Thursday, May 24, 2012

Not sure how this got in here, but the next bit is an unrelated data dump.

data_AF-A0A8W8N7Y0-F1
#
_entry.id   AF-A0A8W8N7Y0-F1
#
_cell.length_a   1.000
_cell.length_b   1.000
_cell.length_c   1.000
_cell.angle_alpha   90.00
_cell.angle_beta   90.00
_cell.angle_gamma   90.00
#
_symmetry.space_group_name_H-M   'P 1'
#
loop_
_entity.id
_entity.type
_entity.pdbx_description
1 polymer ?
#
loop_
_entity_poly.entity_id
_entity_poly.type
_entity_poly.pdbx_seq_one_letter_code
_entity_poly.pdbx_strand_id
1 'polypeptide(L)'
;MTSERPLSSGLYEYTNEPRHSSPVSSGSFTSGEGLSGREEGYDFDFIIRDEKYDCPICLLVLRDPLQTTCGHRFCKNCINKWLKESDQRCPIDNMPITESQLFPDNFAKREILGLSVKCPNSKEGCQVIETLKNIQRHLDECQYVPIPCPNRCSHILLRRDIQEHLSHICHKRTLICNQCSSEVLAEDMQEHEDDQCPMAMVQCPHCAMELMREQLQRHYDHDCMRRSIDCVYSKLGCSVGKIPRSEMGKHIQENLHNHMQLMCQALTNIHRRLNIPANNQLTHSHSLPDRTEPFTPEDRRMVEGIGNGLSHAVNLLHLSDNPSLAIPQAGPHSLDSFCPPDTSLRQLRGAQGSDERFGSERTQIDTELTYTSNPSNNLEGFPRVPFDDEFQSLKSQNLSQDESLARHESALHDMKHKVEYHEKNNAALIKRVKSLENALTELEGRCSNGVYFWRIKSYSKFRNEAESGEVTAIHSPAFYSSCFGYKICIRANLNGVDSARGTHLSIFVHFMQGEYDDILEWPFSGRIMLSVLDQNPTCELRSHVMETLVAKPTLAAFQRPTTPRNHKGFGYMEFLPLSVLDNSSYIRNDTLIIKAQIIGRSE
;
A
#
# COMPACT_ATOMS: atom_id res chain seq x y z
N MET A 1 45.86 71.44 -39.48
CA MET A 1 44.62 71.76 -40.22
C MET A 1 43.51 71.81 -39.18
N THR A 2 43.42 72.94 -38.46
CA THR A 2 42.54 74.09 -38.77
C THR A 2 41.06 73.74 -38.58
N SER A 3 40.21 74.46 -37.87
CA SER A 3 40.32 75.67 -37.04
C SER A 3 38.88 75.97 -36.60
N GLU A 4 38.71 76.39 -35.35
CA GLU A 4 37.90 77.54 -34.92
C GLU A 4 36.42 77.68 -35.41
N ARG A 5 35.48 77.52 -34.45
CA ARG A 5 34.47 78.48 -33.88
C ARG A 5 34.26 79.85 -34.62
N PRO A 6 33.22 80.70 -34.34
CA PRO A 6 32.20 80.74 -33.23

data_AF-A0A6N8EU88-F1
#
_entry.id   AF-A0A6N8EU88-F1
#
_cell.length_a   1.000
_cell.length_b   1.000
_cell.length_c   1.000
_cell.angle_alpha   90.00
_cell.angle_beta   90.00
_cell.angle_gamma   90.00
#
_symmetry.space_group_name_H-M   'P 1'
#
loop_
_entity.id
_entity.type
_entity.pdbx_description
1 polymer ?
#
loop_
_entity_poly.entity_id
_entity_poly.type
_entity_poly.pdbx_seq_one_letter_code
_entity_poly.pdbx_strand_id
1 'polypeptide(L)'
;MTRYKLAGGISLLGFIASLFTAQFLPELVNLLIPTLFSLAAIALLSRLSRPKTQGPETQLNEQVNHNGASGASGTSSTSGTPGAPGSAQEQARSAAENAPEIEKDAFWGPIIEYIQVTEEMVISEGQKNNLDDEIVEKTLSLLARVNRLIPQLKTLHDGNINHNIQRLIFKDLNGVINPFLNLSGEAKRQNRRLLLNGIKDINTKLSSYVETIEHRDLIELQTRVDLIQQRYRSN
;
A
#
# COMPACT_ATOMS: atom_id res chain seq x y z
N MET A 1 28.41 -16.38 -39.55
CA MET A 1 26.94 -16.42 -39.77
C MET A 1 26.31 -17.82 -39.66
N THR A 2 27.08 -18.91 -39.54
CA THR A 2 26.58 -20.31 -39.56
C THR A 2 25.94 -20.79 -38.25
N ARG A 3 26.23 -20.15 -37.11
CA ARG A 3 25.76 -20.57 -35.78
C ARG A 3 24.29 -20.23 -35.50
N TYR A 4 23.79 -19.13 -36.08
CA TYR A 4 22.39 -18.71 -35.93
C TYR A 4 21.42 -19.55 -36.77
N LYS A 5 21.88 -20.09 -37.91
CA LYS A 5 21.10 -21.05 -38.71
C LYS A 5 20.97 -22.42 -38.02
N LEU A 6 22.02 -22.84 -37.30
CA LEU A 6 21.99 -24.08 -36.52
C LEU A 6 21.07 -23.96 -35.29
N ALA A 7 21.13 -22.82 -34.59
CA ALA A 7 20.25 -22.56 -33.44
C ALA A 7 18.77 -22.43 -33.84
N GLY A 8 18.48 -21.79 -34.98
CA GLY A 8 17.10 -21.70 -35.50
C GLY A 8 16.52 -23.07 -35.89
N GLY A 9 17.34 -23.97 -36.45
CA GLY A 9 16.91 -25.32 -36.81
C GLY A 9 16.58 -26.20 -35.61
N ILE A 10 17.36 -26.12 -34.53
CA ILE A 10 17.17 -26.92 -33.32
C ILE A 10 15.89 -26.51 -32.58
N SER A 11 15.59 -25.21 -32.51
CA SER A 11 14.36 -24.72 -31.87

S. Derrickson Moore — Las Cruces Style We'll miss you, Judy Luna LAS CRUCES — Judy Luna’s was one of the first faces I saw at the Las Cruces Sun-News. In the hot summer of 1994, after a conversation about life, journalism and the state of newspapers with then-managing editor, the late, great Harold Cousland, I was sent off to see Judy. Between the two of them, I was reassured that I’d made the right move in relocating from South Florida, and I was well on my way to realizing that I’d found my querencia, that special place where one’s soul can make a home. For 25 years, Judy has put the “human” in human resources, here at the Sun-News and throughout southern New Mexico. Judy manages to make everyone feel warmly welcomed, organized, ready to cope with life’s trials and excited about tackling new projects and adventures. Shortly after my arrival, I found myself in her office with a dedicated group that created the Las Cruces International Mariachi Festival, which grew to become one of the world’s most celebrated events of its kind. Over the next couple of decades, I discovered Judy has had a quiet but crucial role in all kinds of activities that make our community tick. She was a founder of Coats for Kids, and helped a long list of good causes and charities connect with reporters and sponsors who could bring their stories to the world and help them grow and prosper. From the symphony to centennial celebrations, from health-oriented charities to family help centers and compassionate one-on-one programs like Dress-The-Child that helped thousands of needy kids get their first brand new clothes and shoes … Judy was there. We are a community richer in spirit than dollars, but Judy somehow always seemed to know how to help everyone — from befuddled employees trying to figure out tax codes, insurance plans and 401k plans to volunteers with small nonprofits and big community fundraising drives — get the most from their available resources. And creatively scrounge for more, if needed. God is in the details, they say, and so is Judy. She even found ways to put on pretty and festive holiday staff parties in the ugly old Sun-News building. She has been the constant in our itinerant world of journalism. I’ve lost count of the entries in what one wag referred to as the Las Cruces Publishers Clearing House Sweepstakes, but whenever somebody new has turned up, Judy has been there to show them the ropes and introduce them to the wild and wonderful ways of southern New Mexico. One of our all-time favorite publishers, Michael C. Bush, now CEO/President of Heartland Publications, based in Connecticut, is a devoted Judy fan. “Judy was truly an ambassador of hope and caring both on and off the job. She helped bridge the cultural divides, not only translating language to those not skilled enough to speak the other, but translating ideas and needs, not only bringing people together but also helping them celebrate what makes us different,” Michael e-mailed recently. “As an HR professional, she knew the law but she also knew the hearts, helping me to be a better employer and human being. She also helped to bring out the best in employees. She truly is one of the best friends Las Cruces has ever had. But never interested in the limelight, she often goes unnoticed but never unappreciated,” Michael said. Times are changing. Human resources functions, like printing and many of our editing duties, are now based at our sister paper, the El Paso Times, in Texas. There have been some big changes in Judy’s life this year, too. She recently married her soul mate Robert Marquez, in the Gila Wilderness, in a ceremony as creative and inclusive as she is. She’s two semesters away from a new degree in psychology from NMSU and has some intriguing goals focusing on specialties that could take her on international travels before long, exploring ways to help those in crises cope with the mental and emotional tolls of global disasters and catastrophic change. Her world-class compassion deserves an international venue, and we hope she has a deserving forum for her creativity. But selfishly, I’ll miss her. A lot. S. Derrickson Moore can be reached at email@example.com; (575) 541-5450. To share comments, go to www.lcsun-news.com and click on Blogzone and Las Cruces Style. Follow her on Twitter @DerricksonMoore.